Expectations and aspirations, within sociological research on education and social inequality, are stable prefigurative orientations composed of specific beliefs about one’s future trajectory through the educational system and one’s ultimate class or status position. As adolescents age, these expectations and aspirations are presumed to condition current behavior and, in the process, become self-fulfilling prophecies.
Expectations are sometimes distinguished from aspirations in theory, with the former stipulated to refer to realistic appraisals rather than idealistic goals. Nonetheless, almost all empirical research has utilized the same straight forward operationalization for both concepts. Educational expectations and aspirations are usually answers that adolescents give to questions such as: ”Do you plan to go to college?” and ”As things stand now, how far in school do you think you will get?” Occupational expectations and aspirations are responses to questions such as: ”What type of job do you plan or expect to have at age 30?” These survey questions elicit future plans which are generally quite optimistic, thereby qualifying as sufficiently idealistic for the analytic and explanatory purposes of those who wish to have a measure of aspirations.
Measurement of expectations such as these began with the work of educational psychologists employed by the Educational Testing Service in the early 1950s. Since then, sociologists have dominated their study. The 1953 article entitled ”Educational and Occupational Aspirations of Common Man Boys,” written by Joseph A. Kahl, is perhaps the most influential early piece, as it was completed as a research report for the Mobility Project led by Talcott Parsons just as structural functionalism was in its ascendancy. The central question of Kahl’s study was: ”What influences the aspirations of the boys in the lower middle levels of the status range whose environment gives them a wide choice?” (Kahl 1953: 189). In order to show that ”these boys must make a conscious and pointed decision at some stage of their careers,” he reported the results of in depth interviews with 24 boys of middling social origins, only half of whom expected to go to college. His goal was then to ”explore the decision making of such boys,” whose beliefs about the future were not predetermined either by expectations grounded in their class origins or by their cognitive abilities. And, out of this effort, he sought a reasonable causal account of how beliefs about the future are shaped by one’s social context and then compel future behavior.
Kahl identified parental pressure as the most crucial determinant. Corresponding roughly to two types of students, he saw two types of parents: those who sought to raise ”getting by” children and those who sought to raise ”getting ahead” children. Many of the factors that determined whether parents adopted the getting ahead rearing strategy were idiosyncratic, and yet there were some systematic differences, relating primarily to parents’ own experiences with the labor market. The extent to which parents saw college as having a genuine payoff for occupational attainment, based on their own experiences in the workplace, was crucial.
Expectations and aspirations then became the central mediating variables in status attainment research, especially following the publication of what became known as the Wisconsin model of status attainment, which was based on early analyses of the Wisconsin Longitudinal Survey (a random sample of all high school seniors in the state of Wisconsin in 1957). The full model was first fully specified in two influential articles published in the American Sociological Review (Sewell et al. 1969, 1970) that reported results from both the original 1957 data and the follow up 1964 data on the educational and early occupational careers of young men. Beyond Kahl’s focus on exploring the formation of college plans, these articles aimed to explain the entire process of educational and occupational attainment.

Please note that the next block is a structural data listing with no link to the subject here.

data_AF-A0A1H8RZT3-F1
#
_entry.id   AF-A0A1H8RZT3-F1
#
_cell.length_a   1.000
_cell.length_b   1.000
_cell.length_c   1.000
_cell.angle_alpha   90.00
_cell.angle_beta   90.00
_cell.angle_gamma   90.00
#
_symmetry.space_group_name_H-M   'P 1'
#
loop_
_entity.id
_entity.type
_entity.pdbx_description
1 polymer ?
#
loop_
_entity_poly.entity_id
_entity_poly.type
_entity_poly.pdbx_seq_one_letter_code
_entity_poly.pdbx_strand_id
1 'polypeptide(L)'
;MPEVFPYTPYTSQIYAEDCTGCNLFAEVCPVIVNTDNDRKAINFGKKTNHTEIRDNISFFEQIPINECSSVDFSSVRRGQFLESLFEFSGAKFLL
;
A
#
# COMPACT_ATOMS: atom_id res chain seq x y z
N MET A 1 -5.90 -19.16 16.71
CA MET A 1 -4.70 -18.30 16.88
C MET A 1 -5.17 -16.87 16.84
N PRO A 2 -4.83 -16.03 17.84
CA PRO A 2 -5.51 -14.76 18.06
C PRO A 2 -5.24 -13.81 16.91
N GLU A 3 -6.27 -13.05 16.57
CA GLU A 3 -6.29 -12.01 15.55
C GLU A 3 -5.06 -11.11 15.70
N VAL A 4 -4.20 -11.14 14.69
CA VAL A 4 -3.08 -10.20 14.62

According to the original 1969 Wisconsin model, the joint effects of a high school student’s family background and mental ability on his eventual educational and occupational attainments can be completely explained by the expectations that others hold of him. In particular, significant others – parents, teachers, and peers – define expectations that students then internalize as educational and occupational aspirations. Because the underlying theory assumes that students are compelled to follow their own aspirations, the model is powerfully simple and implies that significant others can increase a student’s educational and occupational attainment merely by increasing their own expectations of him.
Regarding the specific processes of aspiration formation, the principal social psychological theorist, Archibald Haller, maintained that aspirations are formed in three ways: imitation, self-reflection, and adoption. Once formed, Haller (1982: 5-6) wrote that aspirations are embedded in ”approximately consistent and mutually reinforcing cognitions” which then ”have an inertia of their own and are expressed in corresponding behavior.” Thus, students’ educational and occupational aspirations become stable abstract motivational orientations (see Spenner & Featherman 1978), and the measured Wisconsin model variables – college plans and expected future occupation – are merely realistic indicators of these latent status aspirations.